Case #19B: Iris Pigment Epithelial Cyst

By Paul T. Finger, MD


This patient was also noted to have a pigmented iris tumor in his right eye.


Posterior Iris Pigment Epithelial Cyst

Iris pigment epithelial cysts are typically located behind the iris stroma. As they expand, the cyst wall comes in contact with the natural lens (or IOL) posteriorly and push the iris stroma anteriorly. Gonioscopy and high-frequency ultrasound examination usually reveals focal angle closure. Since most of the trabecular meshwork remains open, most patients do not develop narrow angle glaucoma.

Giant iris pigment epithelial cysts can cause total angle closure warranting intervention. These patients have been treated with Yag-laser iridotomies or surgical iridectomy.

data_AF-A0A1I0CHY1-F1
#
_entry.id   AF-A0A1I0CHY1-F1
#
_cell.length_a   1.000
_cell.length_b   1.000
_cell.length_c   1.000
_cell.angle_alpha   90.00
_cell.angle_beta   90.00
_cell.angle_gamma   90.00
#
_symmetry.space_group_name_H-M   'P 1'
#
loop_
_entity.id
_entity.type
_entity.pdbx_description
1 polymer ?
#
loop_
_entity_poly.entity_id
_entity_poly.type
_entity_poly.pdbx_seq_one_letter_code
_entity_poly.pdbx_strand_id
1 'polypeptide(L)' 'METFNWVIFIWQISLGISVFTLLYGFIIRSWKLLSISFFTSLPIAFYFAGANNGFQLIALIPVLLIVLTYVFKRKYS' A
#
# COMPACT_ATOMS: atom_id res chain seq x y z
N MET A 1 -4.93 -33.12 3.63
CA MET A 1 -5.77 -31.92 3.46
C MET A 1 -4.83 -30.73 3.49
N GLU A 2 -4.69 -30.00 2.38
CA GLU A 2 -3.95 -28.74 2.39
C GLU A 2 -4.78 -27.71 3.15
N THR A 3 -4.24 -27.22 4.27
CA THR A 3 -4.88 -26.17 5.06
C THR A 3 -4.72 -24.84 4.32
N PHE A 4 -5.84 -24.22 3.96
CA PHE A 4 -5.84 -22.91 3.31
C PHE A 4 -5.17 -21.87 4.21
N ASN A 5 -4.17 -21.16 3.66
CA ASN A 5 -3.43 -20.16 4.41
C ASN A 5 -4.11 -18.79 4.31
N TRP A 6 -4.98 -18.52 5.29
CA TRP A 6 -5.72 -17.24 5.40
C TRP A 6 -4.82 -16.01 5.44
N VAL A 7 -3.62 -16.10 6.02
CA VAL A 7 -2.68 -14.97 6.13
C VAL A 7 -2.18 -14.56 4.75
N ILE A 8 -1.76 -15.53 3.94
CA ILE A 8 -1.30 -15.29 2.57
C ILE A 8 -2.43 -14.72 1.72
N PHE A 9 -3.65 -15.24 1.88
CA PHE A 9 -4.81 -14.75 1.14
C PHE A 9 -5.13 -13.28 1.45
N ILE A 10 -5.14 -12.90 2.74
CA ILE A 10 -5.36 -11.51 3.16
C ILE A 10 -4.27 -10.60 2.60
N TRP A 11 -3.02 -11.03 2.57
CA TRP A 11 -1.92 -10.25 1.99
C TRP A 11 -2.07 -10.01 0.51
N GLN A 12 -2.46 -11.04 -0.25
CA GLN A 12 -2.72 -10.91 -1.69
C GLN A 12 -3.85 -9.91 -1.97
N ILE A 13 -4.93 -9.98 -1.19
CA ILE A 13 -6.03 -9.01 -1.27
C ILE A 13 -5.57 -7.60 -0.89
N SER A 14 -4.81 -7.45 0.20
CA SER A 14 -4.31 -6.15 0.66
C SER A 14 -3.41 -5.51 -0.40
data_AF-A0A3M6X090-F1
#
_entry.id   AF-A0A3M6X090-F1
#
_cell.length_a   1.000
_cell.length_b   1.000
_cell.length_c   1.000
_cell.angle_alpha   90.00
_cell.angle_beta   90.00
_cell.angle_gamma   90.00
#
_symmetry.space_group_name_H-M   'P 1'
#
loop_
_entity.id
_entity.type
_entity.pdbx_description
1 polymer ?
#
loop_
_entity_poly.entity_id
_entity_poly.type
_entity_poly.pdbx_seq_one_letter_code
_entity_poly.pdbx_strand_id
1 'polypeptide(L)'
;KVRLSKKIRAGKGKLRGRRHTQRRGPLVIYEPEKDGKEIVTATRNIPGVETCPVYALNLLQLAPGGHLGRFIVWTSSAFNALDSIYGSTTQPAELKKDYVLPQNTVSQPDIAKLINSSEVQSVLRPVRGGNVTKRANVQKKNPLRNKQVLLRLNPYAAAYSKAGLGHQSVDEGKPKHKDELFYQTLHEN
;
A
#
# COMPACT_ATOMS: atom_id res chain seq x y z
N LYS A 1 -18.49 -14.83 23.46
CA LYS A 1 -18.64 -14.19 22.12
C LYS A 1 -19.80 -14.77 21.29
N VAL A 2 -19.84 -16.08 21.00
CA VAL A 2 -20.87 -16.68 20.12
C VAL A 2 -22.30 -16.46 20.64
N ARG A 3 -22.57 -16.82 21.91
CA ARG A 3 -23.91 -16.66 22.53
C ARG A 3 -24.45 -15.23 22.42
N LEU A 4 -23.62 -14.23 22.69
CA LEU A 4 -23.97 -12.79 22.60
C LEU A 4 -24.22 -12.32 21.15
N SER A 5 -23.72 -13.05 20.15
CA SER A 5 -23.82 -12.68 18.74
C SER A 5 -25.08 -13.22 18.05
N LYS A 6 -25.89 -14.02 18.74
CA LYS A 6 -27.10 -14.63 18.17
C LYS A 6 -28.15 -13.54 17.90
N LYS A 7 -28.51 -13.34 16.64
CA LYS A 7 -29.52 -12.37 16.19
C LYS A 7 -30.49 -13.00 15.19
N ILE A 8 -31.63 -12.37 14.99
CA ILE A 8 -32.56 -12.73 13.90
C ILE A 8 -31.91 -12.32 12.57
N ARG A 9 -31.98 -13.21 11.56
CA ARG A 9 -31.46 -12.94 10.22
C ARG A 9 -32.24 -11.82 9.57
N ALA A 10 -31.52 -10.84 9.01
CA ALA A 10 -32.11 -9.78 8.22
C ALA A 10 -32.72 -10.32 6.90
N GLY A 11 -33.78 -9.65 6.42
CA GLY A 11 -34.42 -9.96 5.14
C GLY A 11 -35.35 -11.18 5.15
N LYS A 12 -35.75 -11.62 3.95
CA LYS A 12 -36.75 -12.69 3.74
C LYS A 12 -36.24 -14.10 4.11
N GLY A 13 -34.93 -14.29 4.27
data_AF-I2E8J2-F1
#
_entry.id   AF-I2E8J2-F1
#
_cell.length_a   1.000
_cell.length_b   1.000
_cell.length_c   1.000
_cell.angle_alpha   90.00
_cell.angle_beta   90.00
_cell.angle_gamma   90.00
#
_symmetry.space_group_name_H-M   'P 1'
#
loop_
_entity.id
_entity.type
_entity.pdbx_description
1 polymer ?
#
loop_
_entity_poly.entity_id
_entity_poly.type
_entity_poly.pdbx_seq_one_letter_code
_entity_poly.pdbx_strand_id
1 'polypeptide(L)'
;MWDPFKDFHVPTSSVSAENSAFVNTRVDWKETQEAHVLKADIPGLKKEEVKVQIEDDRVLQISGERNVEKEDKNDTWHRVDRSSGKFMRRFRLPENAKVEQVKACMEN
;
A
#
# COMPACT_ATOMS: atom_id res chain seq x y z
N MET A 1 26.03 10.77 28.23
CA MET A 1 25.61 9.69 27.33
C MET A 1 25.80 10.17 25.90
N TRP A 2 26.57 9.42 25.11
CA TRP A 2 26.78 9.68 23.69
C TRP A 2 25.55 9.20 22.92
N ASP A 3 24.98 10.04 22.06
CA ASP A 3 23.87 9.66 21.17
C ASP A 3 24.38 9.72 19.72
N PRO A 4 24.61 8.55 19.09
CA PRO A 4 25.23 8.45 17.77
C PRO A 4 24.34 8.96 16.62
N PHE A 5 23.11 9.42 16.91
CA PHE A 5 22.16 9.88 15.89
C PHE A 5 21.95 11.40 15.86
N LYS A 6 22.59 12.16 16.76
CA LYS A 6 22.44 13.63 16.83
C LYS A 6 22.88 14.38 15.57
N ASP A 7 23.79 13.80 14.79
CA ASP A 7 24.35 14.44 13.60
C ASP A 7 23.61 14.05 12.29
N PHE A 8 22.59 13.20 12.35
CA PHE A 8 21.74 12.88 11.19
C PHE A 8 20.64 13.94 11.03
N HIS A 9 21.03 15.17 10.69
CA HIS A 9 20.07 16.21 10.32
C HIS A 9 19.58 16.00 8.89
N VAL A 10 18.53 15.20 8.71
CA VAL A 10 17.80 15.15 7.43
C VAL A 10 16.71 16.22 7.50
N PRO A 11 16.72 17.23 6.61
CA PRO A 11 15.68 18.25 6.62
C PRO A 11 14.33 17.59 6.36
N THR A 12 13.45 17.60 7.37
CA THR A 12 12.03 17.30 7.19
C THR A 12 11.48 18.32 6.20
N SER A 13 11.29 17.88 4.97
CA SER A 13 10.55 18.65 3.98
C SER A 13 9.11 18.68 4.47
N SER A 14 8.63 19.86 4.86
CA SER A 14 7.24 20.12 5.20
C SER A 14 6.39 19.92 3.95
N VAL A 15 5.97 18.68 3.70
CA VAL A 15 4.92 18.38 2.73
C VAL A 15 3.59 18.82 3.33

Almost all iris pigment epithelial cysts can be monitored with periodic observation for evidence of secondary glaucoma. Slit-lamp photography, gonioscopy and high-frequency ultrasonography are particularly helpful in evaluating for progressive enlargement. The natural history of iris pigment epithelial cysts is poorly understood.

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